Dear Dyersburg FUMC Family,
It was such a joy to celebrate another Confirmation Sunday with you!

As I mentioned in my sermon on Sunday, our text for this week was so full of profound lessons that it was impossible to touch on all of them. I highlighted two in my sermon—the faithfulness of Thomas who refused to accept anyone other than the bodily resurrected Jesus, and the mission of the church that began when Jesus breathed the Holy Spirit on the disciples as they hid together after Jesus’s execution and subsequent resurrection.

 This text also contains some difficult verses, the study of which I found very enlightening last week as I prepared to preach. In John 20:22 we read that “When Jesus had said this, he breathed on them and said to them, ‘Receive the Holy Spirit. If you forgive the sins of any, they are forgiven them; if you retain the sins of any, they are retained.’” One way that the church has misinterpreted Jesus’s words is by insisting that the church in all times and places has the authority to forgive sins. This is a gross misinterpretation of ecclesial authority and has done untold damage not only to those who have turned to the church for safety and reconciliation but also to churches that have abused their power.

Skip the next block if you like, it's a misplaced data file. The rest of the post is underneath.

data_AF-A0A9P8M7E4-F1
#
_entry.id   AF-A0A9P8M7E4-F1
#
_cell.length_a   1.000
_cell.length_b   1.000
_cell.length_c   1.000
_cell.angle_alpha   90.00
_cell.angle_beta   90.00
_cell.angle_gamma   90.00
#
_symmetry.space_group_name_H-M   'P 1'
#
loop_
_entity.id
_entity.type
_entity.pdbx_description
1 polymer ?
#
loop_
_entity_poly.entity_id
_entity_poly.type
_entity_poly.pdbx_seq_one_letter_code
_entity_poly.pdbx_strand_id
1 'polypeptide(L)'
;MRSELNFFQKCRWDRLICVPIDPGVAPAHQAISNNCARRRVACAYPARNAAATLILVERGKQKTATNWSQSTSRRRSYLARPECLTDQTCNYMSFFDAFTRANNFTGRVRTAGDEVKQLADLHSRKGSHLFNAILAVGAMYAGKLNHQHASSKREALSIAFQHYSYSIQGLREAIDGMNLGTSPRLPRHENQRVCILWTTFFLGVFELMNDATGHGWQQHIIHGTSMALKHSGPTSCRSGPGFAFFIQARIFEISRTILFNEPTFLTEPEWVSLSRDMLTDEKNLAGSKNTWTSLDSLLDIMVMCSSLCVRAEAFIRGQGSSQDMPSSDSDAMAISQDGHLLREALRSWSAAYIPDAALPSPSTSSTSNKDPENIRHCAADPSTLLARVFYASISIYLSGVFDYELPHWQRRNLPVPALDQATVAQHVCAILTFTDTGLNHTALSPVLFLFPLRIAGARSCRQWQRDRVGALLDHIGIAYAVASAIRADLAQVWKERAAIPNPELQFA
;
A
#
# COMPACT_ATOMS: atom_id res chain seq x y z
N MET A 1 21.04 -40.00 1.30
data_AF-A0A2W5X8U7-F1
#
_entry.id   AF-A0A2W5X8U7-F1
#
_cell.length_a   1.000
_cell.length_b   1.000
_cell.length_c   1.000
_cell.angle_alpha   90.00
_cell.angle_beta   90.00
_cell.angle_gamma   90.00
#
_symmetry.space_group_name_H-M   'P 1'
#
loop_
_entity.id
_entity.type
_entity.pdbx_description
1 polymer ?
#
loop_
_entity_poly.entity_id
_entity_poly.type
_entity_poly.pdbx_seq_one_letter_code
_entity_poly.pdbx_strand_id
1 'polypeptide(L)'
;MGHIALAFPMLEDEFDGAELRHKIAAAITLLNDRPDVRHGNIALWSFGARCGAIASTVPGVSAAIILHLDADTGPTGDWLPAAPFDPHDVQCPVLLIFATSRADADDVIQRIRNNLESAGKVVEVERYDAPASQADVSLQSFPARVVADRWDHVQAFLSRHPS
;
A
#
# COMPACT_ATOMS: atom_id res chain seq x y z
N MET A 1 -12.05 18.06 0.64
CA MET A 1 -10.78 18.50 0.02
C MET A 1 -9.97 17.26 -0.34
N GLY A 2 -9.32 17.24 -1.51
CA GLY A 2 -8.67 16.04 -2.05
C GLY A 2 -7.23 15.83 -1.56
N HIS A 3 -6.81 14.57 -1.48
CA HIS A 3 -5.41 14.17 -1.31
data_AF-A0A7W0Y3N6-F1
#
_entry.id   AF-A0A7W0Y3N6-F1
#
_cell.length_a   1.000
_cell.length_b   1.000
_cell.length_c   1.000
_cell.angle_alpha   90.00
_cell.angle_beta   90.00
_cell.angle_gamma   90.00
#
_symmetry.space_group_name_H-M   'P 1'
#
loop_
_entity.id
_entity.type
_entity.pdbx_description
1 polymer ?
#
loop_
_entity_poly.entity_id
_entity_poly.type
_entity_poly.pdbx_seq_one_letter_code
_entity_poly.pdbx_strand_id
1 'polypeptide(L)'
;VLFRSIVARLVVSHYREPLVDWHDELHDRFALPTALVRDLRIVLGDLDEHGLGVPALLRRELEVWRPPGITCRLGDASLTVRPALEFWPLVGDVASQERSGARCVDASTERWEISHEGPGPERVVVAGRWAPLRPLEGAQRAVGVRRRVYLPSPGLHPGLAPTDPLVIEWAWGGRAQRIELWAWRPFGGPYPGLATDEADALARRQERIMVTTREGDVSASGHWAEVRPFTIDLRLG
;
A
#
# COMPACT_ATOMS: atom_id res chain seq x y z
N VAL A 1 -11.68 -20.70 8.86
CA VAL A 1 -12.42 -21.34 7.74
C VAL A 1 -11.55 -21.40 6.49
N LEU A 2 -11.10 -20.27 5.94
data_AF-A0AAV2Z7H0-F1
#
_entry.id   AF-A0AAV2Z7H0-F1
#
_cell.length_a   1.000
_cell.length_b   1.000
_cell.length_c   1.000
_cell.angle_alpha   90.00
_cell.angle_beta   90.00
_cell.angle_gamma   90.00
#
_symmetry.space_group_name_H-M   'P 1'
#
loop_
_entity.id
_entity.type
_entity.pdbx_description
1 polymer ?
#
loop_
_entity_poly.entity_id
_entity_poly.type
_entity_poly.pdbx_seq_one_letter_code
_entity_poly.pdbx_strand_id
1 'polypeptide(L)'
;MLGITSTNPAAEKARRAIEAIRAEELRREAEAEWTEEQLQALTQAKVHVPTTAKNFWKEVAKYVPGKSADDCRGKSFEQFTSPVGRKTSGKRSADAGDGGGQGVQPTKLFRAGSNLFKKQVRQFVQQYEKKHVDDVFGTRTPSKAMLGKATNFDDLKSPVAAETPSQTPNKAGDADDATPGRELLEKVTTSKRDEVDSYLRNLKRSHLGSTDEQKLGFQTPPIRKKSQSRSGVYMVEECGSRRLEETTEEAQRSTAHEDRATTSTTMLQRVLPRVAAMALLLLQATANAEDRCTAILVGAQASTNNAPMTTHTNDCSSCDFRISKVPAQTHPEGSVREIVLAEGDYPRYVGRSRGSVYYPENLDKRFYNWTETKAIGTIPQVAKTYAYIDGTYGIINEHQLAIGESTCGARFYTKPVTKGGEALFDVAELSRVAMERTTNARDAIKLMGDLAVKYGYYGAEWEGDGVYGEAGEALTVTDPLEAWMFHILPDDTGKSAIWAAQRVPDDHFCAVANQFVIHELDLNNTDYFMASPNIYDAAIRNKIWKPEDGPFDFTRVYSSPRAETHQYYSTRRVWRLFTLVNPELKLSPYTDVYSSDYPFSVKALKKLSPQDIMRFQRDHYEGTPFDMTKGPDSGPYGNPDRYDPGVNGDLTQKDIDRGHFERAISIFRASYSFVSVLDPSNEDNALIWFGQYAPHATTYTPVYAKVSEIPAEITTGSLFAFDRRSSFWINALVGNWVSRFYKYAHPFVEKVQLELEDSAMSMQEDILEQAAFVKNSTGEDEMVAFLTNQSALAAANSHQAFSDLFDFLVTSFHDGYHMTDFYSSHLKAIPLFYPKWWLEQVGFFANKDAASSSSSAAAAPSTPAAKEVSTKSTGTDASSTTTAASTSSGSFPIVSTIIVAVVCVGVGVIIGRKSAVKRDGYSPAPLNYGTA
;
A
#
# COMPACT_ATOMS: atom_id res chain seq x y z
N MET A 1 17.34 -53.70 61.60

Instead, Paul Duke suggests, Jesus is “summing up what it means to be sent into the world as God sent him.” If John the Baptist identifies Jesus as the Lamb of God who takes away the sin of the world, the ongoing mission of the church is to proclaim that forgiveness and to embody it in both the way the church lives together and in the way it reaches out in forgiveness to the rest of the world. Gail O’Day puts it another way, “The faith community’s not to be the arbiter of right or wrong, but to bear unceasing witness to the love of God in Jesus.” In my own notes I wrote, “If the world does not experience God’s love and forgiveness, then the church has not done its work.”

Rather than see ourselves as responsible for judging, shaming, and closing the doors on those who choose to enter into relationship with God, what if we were to see ourselves as responsible for revealing the compassionate and inestimable love of God for the world?

As such we are God’s Easter people,
Mary Beth